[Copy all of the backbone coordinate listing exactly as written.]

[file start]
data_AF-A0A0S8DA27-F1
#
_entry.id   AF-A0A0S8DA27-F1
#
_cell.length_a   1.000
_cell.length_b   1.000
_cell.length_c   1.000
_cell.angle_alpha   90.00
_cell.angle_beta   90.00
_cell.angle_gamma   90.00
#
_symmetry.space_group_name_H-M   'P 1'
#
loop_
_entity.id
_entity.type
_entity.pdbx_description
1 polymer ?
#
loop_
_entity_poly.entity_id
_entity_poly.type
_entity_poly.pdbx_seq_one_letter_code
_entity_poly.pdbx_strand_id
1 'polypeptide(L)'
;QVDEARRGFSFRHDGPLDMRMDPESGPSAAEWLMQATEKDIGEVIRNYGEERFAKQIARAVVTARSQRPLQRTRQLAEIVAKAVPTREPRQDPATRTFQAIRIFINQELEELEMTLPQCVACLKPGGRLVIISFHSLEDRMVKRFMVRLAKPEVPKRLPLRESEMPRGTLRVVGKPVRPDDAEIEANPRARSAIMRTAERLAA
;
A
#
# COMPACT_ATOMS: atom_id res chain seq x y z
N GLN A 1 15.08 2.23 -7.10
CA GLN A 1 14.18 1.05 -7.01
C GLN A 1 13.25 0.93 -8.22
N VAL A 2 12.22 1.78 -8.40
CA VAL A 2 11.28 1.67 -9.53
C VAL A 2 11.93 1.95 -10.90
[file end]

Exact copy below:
data_AF-A0A0S8DA27-F1
#
_entry.id   AF-A0A0S8DA27-F1
#
_cell.length_a   1.000
_cell.length_b   1.000
_cell.length_c   1.000
_cell.angle_alpha   90.00
_cell.angle_beta   90.00
_cell.angle_gamma   90.00
#
_symmetry.space_group_name_H-M   'P 1'
#
loop_
_entity.id
_entity.type
_entity.pdbx_description
1 polymer ?
#
loop_
_entity_poly.entity_id
_entity_poly.type
_entity_poly.pdbx_seq_one_letter_code
_entity_poly.pdbx_strand_id
1 'polypeptide(L)'
;QVDEARRGFSFRHDGPLDMRMDPESGPSAAEWLMQATEKDIGEVIRNYGEERFAKQIARAVVTARSQRPLQRTRQLAEIVAKAVPTREPRQDPATRTFQAIRIFINQELEELEMTLPQCVACLKPGGRLVIISFHSLEDRMVKRFMVRLAKPEVPKRLPLRESEMPRGTLRVVGKPVRPDDAEIEANPRARSAIMRTAERLAA
;
A
#
# COMPACT_ATOMS: atom_id res chain seq x y z
N GLN A 1 15.08 2.23 -7.10
CA GLN A 1 14.18 1.05 -7.01
C GLN A 1 13.25 0.93 -8.22
N VAL A 2 12.22 1.78 -8.40
CA VAL A 2 11.28 1.67 -9.53
C VAL A 2 11.93 1.95 -10.90